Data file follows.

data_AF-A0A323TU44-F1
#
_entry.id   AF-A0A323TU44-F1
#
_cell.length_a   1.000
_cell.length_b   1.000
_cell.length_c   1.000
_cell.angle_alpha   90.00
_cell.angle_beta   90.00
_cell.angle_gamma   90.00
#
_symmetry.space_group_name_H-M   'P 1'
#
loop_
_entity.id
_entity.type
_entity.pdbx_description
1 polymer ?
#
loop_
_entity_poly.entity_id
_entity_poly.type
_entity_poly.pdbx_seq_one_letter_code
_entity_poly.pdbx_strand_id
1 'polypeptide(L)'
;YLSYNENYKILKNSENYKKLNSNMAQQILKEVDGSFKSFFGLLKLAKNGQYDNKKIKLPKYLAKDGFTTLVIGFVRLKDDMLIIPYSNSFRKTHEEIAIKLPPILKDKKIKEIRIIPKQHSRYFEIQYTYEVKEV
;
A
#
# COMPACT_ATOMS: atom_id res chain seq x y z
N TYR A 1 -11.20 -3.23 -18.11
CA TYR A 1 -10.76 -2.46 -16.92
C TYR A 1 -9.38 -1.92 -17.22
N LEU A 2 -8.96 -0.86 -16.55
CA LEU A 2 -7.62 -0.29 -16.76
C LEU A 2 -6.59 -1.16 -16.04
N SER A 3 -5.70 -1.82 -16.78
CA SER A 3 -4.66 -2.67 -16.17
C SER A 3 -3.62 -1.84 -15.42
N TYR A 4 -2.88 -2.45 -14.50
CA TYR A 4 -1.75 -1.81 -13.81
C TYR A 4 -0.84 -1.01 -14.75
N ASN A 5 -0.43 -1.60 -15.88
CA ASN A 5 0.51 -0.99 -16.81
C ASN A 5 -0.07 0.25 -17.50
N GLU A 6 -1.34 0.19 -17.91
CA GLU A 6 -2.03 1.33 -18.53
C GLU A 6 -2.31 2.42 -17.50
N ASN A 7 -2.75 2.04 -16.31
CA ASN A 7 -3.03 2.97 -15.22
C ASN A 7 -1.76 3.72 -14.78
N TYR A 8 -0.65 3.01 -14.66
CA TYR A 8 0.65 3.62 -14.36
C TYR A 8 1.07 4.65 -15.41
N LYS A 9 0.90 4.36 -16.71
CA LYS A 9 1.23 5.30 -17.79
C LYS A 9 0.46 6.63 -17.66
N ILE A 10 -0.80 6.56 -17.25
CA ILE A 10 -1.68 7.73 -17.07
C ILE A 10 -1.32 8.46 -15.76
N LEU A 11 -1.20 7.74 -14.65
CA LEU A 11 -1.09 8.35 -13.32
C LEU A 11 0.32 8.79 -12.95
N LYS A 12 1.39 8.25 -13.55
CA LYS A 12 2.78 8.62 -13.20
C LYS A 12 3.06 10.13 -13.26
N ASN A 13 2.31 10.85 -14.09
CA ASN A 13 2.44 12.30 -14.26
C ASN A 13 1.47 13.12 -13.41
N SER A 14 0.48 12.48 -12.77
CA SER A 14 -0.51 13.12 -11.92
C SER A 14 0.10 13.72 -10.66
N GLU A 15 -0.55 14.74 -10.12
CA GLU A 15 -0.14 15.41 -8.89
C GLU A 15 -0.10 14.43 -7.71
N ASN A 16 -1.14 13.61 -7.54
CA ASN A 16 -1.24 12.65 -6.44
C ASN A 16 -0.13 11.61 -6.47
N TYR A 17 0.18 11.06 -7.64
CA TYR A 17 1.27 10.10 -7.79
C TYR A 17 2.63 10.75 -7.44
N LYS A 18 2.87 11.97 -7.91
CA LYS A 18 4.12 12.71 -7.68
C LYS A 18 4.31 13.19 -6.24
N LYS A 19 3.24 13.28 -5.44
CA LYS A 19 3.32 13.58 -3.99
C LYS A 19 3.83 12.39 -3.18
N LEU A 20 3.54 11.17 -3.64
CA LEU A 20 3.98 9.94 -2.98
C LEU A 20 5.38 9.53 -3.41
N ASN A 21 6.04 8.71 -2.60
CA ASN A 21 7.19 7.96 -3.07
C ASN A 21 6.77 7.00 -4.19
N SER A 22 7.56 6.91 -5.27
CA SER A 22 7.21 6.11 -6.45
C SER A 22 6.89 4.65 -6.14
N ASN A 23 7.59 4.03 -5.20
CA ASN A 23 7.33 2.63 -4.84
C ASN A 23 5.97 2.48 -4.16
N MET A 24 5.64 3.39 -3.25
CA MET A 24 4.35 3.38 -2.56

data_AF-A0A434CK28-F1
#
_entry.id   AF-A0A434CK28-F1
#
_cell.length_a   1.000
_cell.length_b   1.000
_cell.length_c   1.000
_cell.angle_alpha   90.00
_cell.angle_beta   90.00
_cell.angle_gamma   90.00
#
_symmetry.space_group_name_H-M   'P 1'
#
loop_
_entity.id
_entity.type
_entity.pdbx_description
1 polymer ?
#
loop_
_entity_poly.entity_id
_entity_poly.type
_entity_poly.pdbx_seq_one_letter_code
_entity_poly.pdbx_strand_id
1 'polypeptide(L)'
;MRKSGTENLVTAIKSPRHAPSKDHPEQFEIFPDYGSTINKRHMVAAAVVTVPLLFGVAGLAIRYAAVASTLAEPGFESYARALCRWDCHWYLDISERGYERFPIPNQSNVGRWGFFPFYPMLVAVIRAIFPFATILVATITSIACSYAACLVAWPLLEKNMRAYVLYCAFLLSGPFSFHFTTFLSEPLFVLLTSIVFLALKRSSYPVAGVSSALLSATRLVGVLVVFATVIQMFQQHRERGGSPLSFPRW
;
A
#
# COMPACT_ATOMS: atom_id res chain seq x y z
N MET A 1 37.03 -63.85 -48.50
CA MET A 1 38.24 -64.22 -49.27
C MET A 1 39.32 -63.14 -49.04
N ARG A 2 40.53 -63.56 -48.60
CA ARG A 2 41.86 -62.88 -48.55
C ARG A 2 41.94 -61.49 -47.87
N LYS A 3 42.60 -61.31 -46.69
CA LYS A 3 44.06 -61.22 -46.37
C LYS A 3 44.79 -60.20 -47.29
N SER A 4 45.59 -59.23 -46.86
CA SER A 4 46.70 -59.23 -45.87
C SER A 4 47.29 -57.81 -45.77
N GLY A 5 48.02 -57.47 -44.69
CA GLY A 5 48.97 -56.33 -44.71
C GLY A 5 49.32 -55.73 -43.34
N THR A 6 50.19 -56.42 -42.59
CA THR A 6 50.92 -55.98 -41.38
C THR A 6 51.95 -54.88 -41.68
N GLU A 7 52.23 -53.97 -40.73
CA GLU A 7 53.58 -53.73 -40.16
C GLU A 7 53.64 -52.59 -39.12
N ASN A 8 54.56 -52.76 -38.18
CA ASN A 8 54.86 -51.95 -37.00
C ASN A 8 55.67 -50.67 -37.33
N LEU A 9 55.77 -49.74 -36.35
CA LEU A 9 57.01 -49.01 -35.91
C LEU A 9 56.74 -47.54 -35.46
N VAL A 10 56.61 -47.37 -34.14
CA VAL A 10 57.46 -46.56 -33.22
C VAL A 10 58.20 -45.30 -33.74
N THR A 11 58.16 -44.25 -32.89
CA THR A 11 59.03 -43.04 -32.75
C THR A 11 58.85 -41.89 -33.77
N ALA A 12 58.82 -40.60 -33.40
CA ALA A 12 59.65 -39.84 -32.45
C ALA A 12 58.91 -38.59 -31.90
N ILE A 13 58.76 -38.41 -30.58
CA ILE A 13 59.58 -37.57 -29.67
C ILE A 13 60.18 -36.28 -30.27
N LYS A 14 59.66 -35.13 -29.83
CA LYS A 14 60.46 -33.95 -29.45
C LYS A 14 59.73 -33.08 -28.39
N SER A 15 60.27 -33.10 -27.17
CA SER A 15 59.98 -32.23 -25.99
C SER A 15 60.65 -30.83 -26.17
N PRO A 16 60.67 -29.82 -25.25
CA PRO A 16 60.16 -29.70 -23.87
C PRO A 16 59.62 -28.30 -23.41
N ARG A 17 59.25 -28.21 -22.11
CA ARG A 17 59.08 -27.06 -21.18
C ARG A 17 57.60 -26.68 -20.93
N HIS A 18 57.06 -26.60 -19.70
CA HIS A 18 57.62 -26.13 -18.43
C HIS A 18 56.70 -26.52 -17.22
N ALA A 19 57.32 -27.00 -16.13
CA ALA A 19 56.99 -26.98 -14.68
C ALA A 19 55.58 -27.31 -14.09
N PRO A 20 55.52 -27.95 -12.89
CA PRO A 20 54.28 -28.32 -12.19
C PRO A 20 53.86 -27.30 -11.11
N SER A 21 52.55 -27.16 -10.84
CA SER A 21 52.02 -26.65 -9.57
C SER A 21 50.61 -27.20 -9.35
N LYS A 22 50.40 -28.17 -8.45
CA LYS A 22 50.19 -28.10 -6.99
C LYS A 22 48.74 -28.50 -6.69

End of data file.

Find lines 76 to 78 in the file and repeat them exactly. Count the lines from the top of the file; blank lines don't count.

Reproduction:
N ASN A 16 -1.14 13.61 -7.54
CA ASN A 16 -1.24 12.65 -6.44
C ASN A 16 -0.13 11.61 -6.47